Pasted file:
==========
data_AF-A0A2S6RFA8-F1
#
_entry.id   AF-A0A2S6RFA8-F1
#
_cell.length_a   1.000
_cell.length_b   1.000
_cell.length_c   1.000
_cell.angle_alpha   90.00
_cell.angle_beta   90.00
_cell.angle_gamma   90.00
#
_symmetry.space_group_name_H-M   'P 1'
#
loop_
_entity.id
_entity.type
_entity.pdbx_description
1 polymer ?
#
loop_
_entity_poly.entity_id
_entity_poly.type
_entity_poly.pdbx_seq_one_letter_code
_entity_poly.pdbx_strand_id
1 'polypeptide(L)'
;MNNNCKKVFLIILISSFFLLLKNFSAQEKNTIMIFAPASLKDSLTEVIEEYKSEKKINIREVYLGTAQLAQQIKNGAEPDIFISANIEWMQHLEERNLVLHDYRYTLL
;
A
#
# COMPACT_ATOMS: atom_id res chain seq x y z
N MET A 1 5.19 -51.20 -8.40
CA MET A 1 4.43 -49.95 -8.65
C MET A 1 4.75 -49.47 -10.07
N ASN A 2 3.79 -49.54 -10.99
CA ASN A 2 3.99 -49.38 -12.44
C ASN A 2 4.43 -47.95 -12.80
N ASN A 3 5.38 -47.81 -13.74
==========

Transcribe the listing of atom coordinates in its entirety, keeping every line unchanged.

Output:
data_AF-A0A2S6RFA8-F1
#
_entry.id   AF-A0A2S6RFA8-F1
#
_cell.length_a   1.000
_cell.length_b   1.000
_cell.length_c   1.000
_cell.angle_alpha   90.00
_cell.angle_beta   90.00
_cell.angle_gamma   90.00
#
_symmetry.space_group_name_H-M   'P 1'
#
loop_
_entity.id
_entity.type
_entity.pdbx_description
1 polymer ?
#
loop_
_entity_poly.entity_id
_entity_poly.type
_entity_poly.pdbx_seq_one_letter_code
_entity_poly.pdbx_strand_id
1 'polypeptide(L)'
;MNNNCKKVFLIILISSFFLLLKNFSAQEKNTIMIFAPASLKDSLTEVIEEYKSEKKINIREVYLGTAQLAQQIKNGAEPDIFISANIEWMQHLEERNLVLHDYRYTLL
;
A
#
# COMPACT_ATOMS: atom_id res chain seq x y z
N MET A 1 5.19 -51.20 -8.40
CA MET A 1 4.43 -49.95 -8.65
C MET A 1 4.75 -49.47 -10.07
N ASN A 2 3.79 -49.54 -10.99
CA ASN A 2 3.99 -49.38 -12.44
C ASN A 2 4.43 -47.95 -12.80
N ASN A 3 5.38 -47.81 -13.74